Frodo ran down a gritty road, harsh on the soles, down into Seaside, calling, “Bilbo! Bilbo! Where are you?” Yet the sea had vanished before him, and when he looked back the fields had disappeared behind him, and he felt utterly lost. The village streets became close, mazelike. He stopped in terror at the sight of a blank-eyed face fading into a clay-brick wall–his own face, turned gaunt and sunken. He tried and tried to scream, but could not force the sound from his throat. His spirit did not seem to connect properly to his dream-body; he could barely move or control his feet, stumbling backwards, as the light grew dim. With a creeping feeling, then, he turned slowly around, and found himself staring into a long, dark tunnel, whose mouth he had entered without realizing it.
“Not that way,” he gasped. “No, not yet, please not yet!” and he ran in the other direction. In his haste he nearly fell down into a well, from which a stench arose and a miserable voice wailed, “Precioussss! Oh, we wants our precioussss!” He recoiled with a cry, tripped over a bottle rolling discarded in the street, fell with his feet flying into the air, scrambled up again and fled.
He heard a muttering not too far away. Gollum, again? No, oddly similar in some ways, yet not ruined, certainly roughened with age, yet cheerful, almost inviting. In the faint snatches of sound that came to him he finally recognized the dream-familiar voice.
“Bilbo? Is that you?” He came around a bend, into an alley, and he could almost make out words. “Bilbo, please don’t hide from me!”
He pattered down another passage, and clearly heard, “Oh mercy me, I never actually intended to phrase it, ‘In Imladris it dwells’--that was unnecessarily obscure, I should think.” He thought he could hear papers rustling, too. “Besides, ‘In Rivendell it dwells’ would have provided a nice internal rhyme. But then I suppose I would have had to carry that internal rhyme out all throughout the poem, which would have been a bother and possibly obscured the meaning even more.”
“Bilbo?” Frodo went through a doorway and found himself in a place of far fairer architecture than any he had ever seen, let alone anything like the rude structures of Seaside.
“I had gone to sleep, you see, after translating manuscripts for Elrond that repeated the old name, ‘Imladris’ over and over so many times that it had quite imbedded itself in my poor head.” More papers rustled. “Oh, my notes are in such a muddle that I fear you will never make sense of them, Frodo.”
Frodo marveled at the fair carvings of twig and leaf in the arches even as he passed beneath them, calling, “Bilbo! Where are you?”
“But that’s the thing with writing and delivering poems in your sleep--you wind up stuck with the words most present in your mind when you went to bed, before you’ve had a chance to polish up a bit.”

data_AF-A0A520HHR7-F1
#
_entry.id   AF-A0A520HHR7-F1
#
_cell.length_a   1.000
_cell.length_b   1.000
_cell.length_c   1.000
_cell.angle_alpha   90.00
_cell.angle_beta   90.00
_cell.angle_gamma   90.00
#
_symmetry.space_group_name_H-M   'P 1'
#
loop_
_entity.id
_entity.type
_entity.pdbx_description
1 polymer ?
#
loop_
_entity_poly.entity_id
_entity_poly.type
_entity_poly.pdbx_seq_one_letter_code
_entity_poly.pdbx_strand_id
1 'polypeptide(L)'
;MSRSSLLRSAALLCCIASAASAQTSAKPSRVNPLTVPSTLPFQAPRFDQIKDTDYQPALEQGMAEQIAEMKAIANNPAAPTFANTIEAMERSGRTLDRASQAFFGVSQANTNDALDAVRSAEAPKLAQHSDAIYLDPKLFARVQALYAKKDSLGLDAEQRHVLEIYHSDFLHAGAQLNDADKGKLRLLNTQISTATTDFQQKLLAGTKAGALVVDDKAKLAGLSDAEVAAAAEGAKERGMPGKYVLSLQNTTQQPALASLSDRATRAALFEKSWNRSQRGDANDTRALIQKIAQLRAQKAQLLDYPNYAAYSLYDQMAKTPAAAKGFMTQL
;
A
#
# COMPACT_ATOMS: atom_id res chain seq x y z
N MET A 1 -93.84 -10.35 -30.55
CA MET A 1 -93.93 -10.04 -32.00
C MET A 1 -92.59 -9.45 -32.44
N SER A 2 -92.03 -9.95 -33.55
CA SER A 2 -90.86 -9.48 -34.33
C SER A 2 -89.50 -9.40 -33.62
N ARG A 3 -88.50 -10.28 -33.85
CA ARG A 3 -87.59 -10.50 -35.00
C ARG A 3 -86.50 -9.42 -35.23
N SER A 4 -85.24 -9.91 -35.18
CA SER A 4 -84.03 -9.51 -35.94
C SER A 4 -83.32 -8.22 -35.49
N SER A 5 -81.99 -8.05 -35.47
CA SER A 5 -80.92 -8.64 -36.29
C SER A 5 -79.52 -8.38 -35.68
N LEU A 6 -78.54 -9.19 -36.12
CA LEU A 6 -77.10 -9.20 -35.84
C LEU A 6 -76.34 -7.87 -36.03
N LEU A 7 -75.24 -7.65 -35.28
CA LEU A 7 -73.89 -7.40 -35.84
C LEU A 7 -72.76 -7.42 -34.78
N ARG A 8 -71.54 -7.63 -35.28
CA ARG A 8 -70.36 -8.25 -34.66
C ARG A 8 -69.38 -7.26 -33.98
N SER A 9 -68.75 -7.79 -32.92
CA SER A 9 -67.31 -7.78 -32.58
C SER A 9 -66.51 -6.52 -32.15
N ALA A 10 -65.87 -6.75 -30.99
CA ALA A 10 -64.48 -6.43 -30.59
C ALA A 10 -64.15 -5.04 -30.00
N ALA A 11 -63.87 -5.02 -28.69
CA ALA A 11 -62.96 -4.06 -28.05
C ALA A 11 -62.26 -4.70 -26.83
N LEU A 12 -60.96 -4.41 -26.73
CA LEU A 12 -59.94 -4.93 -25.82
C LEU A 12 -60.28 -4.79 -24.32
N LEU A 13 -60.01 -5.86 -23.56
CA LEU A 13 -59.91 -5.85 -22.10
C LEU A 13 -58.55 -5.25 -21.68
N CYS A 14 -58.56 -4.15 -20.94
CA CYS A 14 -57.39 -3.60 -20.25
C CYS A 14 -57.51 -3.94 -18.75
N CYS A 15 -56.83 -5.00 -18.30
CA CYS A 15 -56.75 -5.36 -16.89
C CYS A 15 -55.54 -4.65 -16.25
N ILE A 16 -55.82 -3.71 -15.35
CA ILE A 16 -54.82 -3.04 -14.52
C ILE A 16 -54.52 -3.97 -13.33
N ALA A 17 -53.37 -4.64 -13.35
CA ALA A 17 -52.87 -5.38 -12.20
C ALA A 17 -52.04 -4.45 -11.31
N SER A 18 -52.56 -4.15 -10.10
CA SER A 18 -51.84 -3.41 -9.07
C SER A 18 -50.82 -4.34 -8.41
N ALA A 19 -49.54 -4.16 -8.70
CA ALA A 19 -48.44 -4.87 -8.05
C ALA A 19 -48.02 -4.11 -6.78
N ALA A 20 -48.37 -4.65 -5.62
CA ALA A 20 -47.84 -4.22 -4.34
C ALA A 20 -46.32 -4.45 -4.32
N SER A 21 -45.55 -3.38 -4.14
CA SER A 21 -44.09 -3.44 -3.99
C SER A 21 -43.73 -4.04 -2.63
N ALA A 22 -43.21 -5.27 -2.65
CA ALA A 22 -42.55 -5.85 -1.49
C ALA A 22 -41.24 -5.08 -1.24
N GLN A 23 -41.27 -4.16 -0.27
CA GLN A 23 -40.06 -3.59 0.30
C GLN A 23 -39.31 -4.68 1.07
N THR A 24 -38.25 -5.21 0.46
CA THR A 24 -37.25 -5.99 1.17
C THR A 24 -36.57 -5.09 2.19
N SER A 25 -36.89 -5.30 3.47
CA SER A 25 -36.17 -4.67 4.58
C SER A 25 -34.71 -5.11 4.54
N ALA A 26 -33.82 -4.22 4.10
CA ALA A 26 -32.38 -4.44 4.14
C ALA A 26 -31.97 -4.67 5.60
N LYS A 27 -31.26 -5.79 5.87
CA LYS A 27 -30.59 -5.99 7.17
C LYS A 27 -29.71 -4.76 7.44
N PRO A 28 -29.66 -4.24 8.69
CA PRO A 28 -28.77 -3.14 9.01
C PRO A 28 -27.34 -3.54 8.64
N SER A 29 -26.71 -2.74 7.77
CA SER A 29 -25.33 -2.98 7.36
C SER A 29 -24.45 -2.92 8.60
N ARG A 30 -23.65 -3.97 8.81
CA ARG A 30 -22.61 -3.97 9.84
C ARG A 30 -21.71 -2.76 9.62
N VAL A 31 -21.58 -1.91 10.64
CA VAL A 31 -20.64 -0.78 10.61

Frodo came out onto a balcony, and found Bilbo sitting in a fantastically woven twig chair, sorting through piles of dog-eared papers. Beyond him one could see the most incredible ravine, in all the beauty of a moist and temperate clime, a place of waterfalls and pine-clad slopes, and layers of mist drifting down below. The sussuration of water and wind sang of peace and restoration.
“Oh, there you are, Frodo! Good, good–I am rather glad to learn that I was not quite talking to myself after all. However...” and here he peered closely over his reading-glasses at the young hobbit before him, then sat back again. “Oh. I see. You are the other Frodo. Well, we won’t be needing these, then.” He snapped his fingers and the papers vanished. “It all gets rather confusing, sometimes, to deal with creatures bound by time, once one dispenses with that sort of thing, oneself.”
Frodo crossed his arms, feeling immediately annoyed all over again. “Just my luck--once I had Gandalf hisself to advise me--even the occasional Vala now and then! Now I find myself left with a senile old hobbit called mad even in his prime.”
Bilbo whipped off the spectacles and pushed them in a pocket. “Here now, that is a fine bit of gratitude for someone looking out for you! Shall I leave you then to your own path?” He stood up, and the sigh of waterfalls and wind-whipped pines gave way to the moan of a desert wind. “Good morning to you, then!” he said, reaching for his walking-stick and hat.
“No! Wait! Most excellent of hobbits, wise poet, most honest of burglars, please! I am simply frightened, and fear has made me grumpy--have you never said things that you instantly regretted in a grumpy mood?”
“That is better!” Bilbo brightened visibly. He laid aside stick and hat, then went over to the balcony’s edge and looked out at the jagged peaks of Mordor, without a pine or waterfall in sight. “Not a bad view, is it, once you get used to the particulars.” He turned to Frodo. “You loved it, too, once, though my nephew never did. What do you think has made the difference?”
“You mean between him and me?” Frodo thought a moment, before saying, “The reason for being here, perhaps?”
“Excellent!” Bilbo thumped him on the back. “You are finding your way through, lad, you really are.”
“Yet my reason for being here has become a punishment.”
“Now, now, lad, but a moment ago you told me that you sought comfort in farming–that was the original reason for your coming here, was it not? To farm?”
“Well, yes, but...”
“And that mission remains, does it not? Or has the King relieved you of your position as well as exiled you?”
“I suppose not, yet even so...”
“Yet you did tell me yesterday–or was it but a little while past?–that it no longer satisfies you, that if you cannot have the Shire you want numbness instead. Do I recall correctly?”
“I am afraid so. I cannot seem to think of anything else except for the relief I would feel, if only...what are you doing?” For now he saw the hobbit pouring from a flask into a couple of exquisite little goblets of elvish crystal that had not been there before.
“This is your dream, after all, Frodo. If you desire a drink, then drink you shall have.”
“But...no. I cannot.”